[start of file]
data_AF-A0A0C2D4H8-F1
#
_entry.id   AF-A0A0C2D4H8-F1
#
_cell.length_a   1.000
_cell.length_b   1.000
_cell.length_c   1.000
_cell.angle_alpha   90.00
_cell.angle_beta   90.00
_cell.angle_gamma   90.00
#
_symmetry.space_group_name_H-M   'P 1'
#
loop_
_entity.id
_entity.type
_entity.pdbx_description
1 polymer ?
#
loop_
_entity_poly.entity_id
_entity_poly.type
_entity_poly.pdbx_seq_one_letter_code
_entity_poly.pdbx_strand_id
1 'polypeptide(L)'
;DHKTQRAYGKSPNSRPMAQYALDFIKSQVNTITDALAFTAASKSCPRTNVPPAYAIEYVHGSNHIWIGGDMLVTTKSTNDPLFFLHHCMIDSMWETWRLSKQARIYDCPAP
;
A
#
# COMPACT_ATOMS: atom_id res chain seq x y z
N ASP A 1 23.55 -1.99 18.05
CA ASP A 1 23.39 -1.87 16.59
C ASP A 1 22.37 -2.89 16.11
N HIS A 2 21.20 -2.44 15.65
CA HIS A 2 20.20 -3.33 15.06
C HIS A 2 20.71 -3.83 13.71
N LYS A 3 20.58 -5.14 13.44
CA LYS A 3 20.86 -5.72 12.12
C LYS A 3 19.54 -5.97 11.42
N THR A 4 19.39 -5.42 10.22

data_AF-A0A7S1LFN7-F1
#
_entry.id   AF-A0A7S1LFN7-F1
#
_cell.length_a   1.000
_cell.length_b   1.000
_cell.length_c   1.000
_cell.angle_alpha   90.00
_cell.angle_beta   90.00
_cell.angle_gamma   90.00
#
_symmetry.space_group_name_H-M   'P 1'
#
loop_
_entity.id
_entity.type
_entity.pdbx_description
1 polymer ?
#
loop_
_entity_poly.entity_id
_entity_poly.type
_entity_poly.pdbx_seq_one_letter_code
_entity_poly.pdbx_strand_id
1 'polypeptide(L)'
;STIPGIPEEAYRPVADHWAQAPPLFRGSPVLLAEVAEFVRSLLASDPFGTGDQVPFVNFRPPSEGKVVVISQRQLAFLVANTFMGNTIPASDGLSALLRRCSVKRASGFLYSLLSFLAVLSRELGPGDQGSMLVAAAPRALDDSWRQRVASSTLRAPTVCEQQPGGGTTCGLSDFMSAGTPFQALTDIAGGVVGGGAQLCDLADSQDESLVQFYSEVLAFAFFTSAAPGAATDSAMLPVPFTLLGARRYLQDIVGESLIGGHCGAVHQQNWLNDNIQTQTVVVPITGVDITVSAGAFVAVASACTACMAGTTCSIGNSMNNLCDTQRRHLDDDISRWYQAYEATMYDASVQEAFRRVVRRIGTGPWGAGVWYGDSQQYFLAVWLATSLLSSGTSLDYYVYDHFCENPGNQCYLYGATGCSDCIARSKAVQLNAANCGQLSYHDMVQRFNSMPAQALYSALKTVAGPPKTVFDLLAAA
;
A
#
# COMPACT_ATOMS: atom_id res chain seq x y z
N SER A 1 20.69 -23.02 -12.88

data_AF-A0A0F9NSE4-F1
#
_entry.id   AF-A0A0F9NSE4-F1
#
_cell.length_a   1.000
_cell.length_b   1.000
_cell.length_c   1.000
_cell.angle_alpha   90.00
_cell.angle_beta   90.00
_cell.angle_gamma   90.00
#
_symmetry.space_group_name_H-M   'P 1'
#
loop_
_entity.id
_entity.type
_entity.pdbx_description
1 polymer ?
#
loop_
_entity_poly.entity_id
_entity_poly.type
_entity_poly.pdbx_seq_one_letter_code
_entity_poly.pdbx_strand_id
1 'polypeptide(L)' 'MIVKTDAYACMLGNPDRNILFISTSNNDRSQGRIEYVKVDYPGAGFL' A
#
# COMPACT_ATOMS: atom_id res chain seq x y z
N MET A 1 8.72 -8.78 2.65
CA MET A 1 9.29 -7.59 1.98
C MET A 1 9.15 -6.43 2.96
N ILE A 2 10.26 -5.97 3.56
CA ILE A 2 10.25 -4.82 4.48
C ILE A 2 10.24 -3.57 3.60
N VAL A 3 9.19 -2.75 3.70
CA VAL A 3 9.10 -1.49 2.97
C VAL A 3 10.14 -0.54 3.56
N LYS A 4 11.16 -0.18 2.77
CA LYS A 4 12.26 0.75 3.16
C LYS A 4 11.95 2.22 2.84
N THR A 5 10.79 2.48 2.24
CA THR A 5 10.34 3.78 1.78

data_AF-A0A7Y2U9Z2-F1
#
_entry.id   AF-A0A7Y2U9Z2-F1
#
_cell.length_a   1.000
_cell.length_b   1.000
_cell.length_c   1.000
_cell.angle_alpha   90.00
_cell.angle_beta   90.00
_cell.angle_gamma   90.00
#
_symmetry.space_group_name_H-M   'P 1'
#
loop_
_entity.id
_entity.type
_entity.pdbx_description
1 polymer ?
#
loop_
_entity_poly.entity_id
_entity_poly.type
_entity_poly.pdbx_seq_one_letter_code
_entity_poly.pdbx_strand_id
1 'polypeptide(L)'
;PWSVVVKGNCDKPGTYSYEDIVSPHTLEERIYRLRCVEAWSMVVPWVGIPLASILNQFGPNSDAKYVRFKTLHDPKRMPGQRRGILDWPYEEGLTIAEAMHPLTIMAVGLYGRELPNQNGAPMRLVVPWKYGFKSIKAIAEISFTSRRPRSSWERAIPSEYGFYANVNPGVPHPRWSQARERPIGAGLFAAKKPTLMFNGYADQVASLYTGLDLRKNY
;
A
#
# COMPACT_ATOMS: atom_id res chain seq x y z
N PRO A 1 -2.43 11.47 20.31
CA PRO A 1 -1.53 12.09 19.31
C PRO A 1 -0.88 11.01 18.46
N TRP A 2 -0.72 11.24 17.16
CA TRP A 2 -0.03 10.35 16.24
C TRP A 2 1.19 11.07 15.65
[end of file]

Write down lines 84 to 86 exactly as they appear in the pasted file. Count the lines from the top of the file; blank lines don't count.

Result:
#
loop_
_entity.id